- A group of central banks will study use cases for digital currencies and whether they should issue their own in their home jurisdictions, the Bank of England said in a Tuesday release.
- The central banks of Britain, Japan, the European Union, Sweden, and Switzerland will work alongside the Bank of International Settlements to share experience and study the potential of central bank digital currencies.
- Such currencies would remain under the central banks’ purview, and not exist as mineable cryptocurrencies that previously dominated the digital-currency conversation.
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Central banks around the world are collaborating on a study of digital currencies and their potential uses, the Bank of England said in a Tuesday statement.
The institutions of Britain, Japan, the European Union, Sweden, and Switzerland will cooperate with the Bank of International Settlements to share knowledge as they assess use cases for central bank digital currency, according to the release.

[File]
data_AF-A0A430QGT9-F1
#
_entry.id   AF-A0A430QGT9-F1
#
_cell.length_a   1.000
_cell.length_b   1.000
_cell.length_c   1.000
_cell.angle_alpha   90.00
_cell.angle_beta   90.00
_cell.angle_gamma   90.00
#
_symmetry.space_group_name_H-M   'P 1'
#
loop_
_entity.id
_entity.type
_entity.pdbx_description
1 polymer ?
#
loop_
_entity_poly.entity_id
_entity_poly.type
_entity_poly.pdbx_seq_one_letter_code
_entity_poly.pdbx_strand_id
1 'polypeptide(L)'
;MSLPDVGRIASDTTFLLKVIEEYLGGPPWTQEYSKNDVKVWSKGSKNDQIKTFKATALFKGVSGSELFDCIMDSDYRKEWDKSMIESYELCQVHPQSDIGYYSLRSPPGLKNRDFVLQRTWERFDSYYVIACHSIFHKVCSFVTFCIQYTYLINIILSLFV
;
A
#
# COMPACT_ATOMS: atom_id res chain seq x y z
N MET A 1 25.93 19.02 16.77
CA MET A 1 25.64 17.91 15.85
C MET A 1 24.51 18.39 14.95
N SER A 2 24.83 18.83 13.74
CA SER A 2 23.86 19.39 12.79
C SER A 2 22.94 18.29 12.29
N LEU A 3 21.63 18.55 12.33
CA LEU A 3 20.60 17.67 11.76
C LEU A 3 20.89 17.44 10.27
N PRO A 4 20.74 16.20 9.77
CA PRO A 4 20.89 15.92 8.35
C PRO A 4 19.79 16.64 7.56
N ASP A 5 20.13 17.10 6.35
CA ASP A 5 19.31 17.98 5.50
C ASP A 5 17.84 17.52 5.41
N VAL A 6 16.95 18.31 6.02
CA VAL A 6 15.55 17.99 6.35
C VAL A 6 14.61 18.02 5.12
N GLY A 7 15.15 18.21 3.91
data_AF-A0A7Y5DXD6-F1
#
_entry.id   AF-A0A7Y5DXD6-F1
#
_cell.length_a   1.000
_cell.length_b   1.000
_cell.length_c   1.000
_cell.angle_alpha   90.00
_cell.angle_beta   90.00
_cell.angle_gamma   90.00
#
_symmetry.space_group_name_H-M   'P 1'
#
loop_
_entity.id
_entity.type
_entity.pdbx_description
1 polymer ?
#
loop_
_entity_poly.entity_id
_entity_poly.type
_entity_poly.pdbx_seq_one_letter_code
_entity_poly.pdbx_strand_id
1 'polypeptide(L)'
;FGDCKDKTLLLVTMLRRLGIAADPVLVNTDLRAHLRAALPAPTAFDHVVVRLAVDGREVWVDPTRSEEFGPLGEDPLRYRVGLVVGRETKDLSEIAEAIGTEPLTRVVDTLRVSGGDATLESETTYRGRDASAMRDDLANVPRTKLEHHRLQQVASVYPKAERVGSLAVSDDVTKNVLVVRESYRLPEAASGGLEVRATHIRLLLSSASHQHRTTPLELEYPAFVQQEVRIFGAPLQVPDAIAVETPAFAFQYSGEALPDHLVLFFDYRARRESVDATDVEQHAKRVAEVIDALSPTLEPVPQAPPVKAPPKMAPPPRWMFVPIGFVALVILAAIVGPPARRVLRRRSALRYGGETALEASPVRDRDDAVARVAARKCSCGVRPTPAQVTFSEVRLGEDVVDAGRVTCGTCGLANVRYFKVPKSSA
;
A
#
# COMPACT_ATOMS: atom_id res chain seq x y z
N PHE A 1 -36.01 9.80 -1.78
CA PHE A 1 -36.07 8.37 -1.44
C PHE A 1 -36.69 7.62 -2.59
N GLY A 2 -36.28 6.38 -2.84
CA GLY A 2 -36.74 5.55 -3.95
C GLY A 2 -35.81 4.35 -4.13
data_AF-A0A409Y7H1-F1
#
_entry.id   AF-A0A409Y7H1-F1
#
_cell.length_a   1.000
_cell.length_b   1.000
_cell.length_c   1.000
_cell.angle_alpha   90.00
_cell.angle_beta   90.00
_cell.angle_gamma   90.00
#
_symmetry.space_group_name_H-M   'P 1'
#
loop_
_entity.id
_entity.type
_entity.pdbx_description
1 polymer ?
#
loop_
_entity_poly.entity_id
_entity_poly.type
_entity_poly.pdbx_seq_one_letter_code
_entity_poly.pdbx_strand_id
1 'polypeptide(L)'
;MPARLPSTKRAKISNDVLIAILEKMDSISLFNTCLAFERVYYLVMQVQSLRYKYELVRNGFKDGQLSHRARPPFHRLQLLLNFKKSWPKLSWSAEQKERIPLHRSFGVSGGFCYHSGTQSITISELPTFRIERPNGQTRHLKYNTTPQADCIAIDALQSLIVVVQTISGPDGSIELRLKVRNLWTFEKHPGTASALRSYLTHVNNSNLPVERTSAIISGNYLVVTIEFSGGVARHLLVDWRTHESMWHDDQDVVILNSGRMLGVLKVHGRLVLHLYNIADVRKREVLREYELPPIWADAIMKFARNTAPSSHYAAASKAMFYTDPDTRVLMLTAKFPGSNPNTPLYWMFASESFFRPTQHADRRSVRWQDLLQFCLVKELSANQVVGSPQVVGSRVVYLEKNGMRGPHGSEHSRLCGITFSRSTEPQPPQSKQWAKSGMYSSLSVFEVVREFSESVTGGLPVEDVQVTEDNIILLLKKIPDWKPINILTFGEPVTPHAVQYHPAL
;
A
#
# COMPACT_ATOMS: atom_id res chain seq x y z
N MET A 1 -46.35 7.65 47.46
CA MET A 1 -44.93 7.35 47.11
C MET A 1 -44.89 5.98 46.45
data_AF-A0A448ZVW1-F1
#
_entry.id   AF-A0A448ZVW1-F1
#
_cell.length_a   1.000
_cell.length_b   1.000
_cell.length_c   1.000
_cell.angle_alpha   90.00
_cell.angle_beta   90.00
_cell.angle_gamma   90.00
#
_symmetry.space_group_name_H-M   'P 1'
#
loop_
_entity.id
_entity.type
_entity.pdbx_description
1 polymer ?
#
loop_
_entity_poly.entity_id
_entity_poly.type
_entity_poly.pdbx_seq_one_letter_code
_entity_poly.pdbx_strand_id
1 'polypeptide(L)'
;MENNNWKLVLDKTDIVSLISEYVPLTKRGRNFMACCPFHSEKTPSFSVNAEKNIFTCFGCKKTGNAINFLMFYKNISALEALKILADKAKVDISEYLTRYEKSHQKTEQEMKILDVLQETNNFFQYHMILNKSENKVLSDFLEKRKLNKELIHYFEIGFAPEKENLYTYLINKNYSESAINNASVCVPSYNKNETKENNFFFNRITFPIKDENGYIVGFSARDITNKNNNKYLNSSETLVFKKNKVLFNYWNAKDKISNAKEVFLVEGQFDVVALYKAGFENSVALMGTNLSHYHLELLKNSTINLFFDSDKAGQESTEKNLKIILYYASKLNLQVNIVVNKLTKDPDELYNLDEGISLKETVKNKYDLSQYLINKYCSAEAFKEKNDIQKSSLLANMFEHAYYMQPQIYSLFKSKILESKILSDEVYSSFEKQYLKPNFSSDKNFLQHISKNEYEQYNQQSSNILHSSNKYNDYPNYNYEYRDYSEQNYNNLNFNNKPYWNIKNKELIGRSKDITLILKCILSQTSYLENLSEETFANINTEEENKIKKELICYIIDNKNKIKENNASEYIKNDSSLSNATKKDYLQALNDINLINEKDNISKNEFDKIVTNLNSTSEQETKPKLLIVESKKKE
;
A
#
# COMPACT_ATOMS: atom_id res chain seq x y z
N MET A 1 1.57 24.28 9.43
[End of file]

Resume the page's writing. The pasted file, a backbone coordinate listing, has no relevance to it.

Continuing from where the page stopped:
The team of banks will “assess CBDC use cases; economic, functional and technical design choices, including cross-border interoperability; and the sharing of knowledge on emerging technologies,” the group said.
Such currencies would be issued by the central banks, and not exist as mineable cryptocurrencies that previously dominated the digital-currency landscape. Cryptocurrencies tout decentralization as a key benefit, and central bank digital currencies would remain under the purview of each nation’s monetary institution. Yet both coins would use blockchain technology to record transactions.
China has already announced plans to create its own digital currency, but has been slow to release additional information on the project.
The announcement follows the delayed rollout for Facebook’s Libra currency. The coin is projected to be released in 2020, though the company noted in July that the digital currency wouldn’t be released until US regulators’ concerns are sufficiently addressed.
Bank of England Governor Mark Carney hinted at the collaborative study in a speech last year, criticising global reliance on the US dollar and suggesting central banks would soon need a separate reserve currency, according to Reuters. One solution would involve a financial system employing central bank digital currency, Carney said.
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